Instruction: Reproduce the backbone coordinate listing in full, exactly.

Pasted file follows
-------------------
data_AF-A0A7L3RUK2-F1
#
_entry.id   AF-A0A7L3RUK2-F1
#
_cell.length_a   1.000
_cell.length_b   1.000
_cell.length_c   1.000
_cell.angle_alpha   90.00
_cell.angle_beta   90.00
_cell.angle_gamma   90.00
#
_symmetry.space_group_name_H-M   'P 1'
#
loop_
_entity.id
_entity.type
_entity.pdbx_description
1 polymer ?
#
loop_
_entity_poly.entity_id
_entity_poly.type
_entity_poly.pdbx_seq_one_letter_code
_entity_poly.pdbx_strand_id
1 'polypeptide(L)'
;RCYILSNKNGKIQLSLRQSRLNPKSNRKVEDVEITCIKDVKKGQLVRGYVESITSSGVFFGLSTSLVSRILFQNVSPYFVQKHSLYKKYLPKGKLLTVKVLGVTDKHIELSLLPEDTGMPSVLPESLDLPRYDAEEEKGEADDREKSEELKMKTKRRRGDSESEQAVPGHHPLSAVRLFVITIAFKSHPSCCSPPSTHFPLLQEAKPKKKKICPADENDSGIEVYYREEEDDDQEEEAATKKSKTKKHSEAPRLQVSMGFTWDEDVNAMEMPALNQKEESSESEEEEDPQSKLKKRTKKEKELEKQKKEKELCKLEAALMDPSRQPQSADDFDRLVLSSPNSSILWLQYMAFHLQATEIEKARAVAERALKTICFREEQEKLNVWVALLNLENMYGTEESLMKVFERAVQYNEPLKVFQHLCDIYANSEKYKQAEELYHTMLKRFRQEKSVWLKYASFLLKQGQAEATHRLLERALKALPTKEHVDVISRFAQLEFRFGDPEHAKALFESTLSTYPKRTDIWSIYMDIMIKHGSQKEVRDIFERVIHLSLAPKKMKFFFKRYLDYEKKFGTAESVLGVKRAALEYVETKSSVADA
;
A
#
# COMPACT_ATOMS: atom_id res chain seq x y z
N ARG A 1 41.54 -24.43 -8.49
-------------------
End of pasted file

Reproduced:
data_AF-A0A7L3RUK2-F1
#
_entry.id   AF-A0A7L3RUK2-F1
#
_cell.length_a   1.000
_cell.length_b   1.000
_cell.length_c   1.000
_cell.angle_alpha   90.00
_cell.angle_beta   90.00
_cell.angle_gamma   90.00
#
_symmetry.space_group_name_H-M   'P 1'
#
loop_
_entity.id
_entity.type
_entity.pdbx_description
1 polymer ?
#
loop_
_entity_poly.entity_id
_entity_poly.type
_entity_poly.pdbx_seq_one_letter_code
_entity_poly.pdbx_strand_id
1 'polypeptide(L)'
;RCYILSNKNGKIQLSLRQSRLNPKSNRKVEDVEITCIKDVKKGQLVRGYVESITSSGVFFGLSTSLVSRILFQNVSPYFVQKHSLYKKYLPKGKLLTVKVLGVTDKHIELSLLPEDTGMPSVLPESLDLPRYDAEEEKGEADDREKSEELKMKTKRRRGDSESEQAVPGHHPLSAVRLFVITIAFKSHPSCCSPPSTHFPLLQEAKPKKKKICPADENDSGIEVYYREEEDDDQEEEAATKKSKTKKHSEAPRLQVSMGFTWDEDVNAMEMPALNQKEESSESEEEEDPQSKLKKRTKKEKELEKQKKEKELCKLEAALMDPSRQPQSADDFDRLVLSSPNSSILWLQYMAFHLQATEIEKARAVAERALKTICFREEQEKLNVWVALLNLENMYGTEESLMKVFERAVQYNEPLKVFQHLCDIYANSEKYKQAEELYHTMLKRFRQEKSVWLKYASFLLKQGQAEATHRLLERALKALPTKEHVDVISRFAQLEFRFGDPEHAKALFESTLSTYPKRTDIWSIYMDIMIKHGSQKEVRDIFERVIHLSLAPKKMKFFFKRYLDYEKKFGTAESVLGVKRAALEYVETKSSVADA
;
A
#
# COMPACT_ATOMS: atom_id res chain seq x y z
N ARG A 1 41.54 -24.43 -8.49